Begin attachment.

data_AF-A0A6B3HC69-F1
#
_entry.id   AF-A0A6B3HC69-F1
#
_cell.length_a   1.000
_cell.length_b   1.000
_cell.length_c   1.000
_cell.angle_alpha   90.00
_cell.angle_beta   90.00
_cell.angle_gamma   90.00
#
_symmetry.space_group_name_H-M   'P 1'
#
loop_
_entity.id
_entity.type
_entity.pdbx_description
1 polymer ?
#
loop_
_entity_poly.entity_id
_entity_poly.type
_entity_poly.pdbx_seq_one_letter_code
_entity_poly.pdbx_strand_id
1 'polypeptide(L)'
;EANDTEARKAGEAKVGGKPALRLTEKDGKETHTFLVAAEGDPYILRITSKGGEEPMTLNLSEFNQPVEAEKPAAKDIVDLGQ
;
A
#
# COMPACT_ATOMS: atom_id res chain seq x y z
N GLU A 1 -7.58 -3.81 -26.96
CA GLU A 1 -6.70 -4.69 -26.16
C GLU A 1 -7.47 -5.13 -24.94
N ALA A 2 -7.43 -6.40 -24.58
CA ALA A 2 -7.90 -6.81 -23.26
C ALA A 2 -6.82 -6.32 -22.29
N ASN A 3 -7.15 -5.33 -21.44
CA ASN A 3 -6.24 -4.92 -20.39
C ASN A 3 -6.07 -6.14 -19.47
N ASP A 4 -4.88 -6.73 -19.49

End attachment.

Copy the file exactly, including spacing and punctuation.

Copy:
data_AF-A0A6B3HC69-F1
#
_entry.id   AF-A0A6B3HC69-F1
#
_cell.length_a   1.000
_cell.length_b   1.000
_cell.length_c   1.000
_cell.angle_alpha   90.00
_cell.angle_beta   90.00
_cell.angle_gamma   90.00
#
_symmetry.space_group_name_H-M   'P 1'
#
loop_
_entity.id
_entity.type
_entity.pdbx_description
1 polymer ?
#
loop_
_entity_poly.entity_id
_entity_poly.type
_entity_poly.pdbx_seq_one_letter_code
_entity_poly.pdbx_strand_id
1 'polypeptide(L)'
;EANDTEARKAGEAKVGGKPALRLTEKDGKETHTFLVAAEGDPYILRITSKGGEEPMTLNLSEFNQPVEAEKPAAKDIVDLGQ
;
A
#
# COMPACT_ATOMS: atom_id res chain seq x y z
N GLU A 1 -7.58 -3.81 -26.96
CA GLU A 1 -6.70 -4.69 -26.16
C GLU A 1 -7.47 -5.13 -24.94
N ALA A 2 -7.43 -6.40 -24.58
CA ALA A 2 -7.90 -6.81 -23.26
C ALA A 2 -6.82 -6.32 -22.29
N ASN A 3 -7.15 -5.33 -21.44
CA ASN A 3 -6.24 -4.92 -20.39
C ASN A 3 -6.07 -6.14 -19.47
N ASP A 4 -4.88 -6.73 -19.49